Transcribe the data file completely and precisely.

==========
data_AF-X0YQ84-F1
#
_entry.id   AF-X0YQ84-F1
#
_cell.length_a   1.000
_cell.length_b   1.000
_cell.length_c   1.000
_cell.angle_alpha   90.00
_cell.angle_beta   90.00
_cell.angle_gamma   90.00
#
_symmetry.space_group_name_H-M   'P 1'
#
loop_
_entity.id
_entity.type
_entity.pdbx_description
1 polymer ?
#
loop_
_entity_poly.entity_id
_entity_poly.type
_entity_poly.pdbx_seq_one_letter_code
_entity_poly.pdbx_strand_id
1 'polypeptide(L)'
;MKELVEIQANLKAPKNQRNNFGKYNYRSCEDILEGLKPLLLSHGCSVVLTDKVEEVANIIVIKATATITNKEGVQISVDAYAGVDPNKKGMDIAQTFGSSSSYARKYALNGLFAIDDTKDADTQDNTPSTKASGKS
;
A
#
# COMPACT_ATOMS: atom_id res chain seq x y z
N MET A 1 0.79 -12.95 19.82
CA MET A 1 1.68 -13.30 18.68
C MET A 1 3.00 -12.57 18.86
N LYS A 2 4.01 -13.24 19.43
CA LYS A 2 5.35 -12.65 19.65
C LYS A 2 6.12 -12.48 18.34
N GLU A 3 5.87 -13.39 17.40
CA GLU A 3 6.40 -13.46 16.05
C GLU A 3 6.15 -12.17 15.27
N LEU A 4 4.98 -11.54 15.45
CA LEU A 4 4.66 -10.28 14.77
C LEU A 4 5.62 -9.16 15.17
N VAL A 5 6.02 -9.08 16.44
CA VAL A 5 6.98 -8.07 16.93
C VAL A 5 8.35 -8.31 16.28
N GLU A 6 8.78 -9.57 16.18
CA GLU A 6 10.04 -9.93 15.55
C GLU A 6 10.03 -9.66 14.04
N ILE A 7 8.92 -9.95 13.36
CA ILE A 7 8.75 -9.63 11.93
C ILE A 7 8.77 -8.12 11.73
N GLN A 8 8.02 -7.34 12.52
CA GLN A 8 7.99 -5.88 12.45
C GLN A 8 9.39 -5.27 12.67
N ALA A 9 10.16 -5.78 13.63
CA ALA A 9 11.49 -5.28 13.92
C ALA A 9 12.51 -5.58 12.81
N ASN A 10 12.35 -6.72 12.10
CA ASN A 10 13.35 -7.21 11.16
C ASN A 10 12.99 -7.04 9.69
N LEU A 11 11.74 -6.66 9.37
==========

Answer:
data_AF-X0YQ84-F1
#
_entry.id   AF-X0YQ84-F1
#
_cell.length_a   1.000
_cell.length_b   1.000
_cell.length_c   1.000
_cell.angle_alpha   90.00
_cell.angle_beta   90.00
_cell.angle_gamma   90.00
#
_symmetry.space_group_name_H-M   'P 1'
#
loop_
_entity.id
_entity.type
_entity.pdbx_description
1 polymer ?
#
loop_
_entity_poly.entity_id
_entity_poly.type
_entity_poly.pdbx_seq_one_letter_code
_entity_poly.pdbx_strand_id
1 'polypeptide(L)'
;MKELVEIQANLKAPKNQRNNFGKYNYRSCEDILEGLKPLLLSHGCSVVLTDKVEEVANIIVIKATATITNKEGVQISVDAYAGVDPNKKGMDIAQTFGSSSSYARKYALNGLFAIDDTKDADTQDNTPSTKASGKS
;
A
#
# COMPACT_ATOMS: atom_id res chain seq x y z
N MET A 1 0.79 -12.95 19.82
CA MET A 1 1.68 -13.30 18.68
C MET A 1 3.00 -12.57 18.86
N LYS A 2 4.01 -13.24 19.43
CA LYS A 2 5.35 -12.65 19.65
C LYS A 2 6.12 -12.48 18.34
N GLU A 3 5.87 -13.39 17.40
CA GLU A 3 6.40 -13.46 16.05
C GLU A 3 6.15 -12.17 15.27
N LEU A 4 4.98 -11.54 15.45
CA LEU A 4 4.66 -10.28 14.77
C LEU A 4 5.62 -9.16 15.17
N VAL A 5 6.02 -9.08 16.44
CA VAL A 5 6.98 -8.07 16.93
C VAL A 5 8.35 -8.31 16.28
N GLU A 6 8.78 -9.57 16.18
CA GLU A 6 10.04 -9.93 15.55
C GLU A 6 10.03 -9.66 14.04
N ILE A 7 8.92 -9.95 13.36
CA ILE A 7 8.75 -9.63 11.93
C ILE A 7 8.77 -8.12 11.73
N GLN A 8 8.02 -7.34 12.52
CA GLN A 8 7.99 -5.88 12.45
C GLN A 8 9.39 -5.27 12.67
N ALA A 9 10.16 -5.78 13.63
CA ALA A 9 11.49 -5.28 13.92
C ALA A 9 12.51 -5.58 12.81
N ASN A 10 12.35 -6.72 12.10
CA ASN A 10 13.35 -7.21 11.16
C ASN A 10 12.99 -7.04 9.69
N LEU A 11 11.74 -6.66 9.37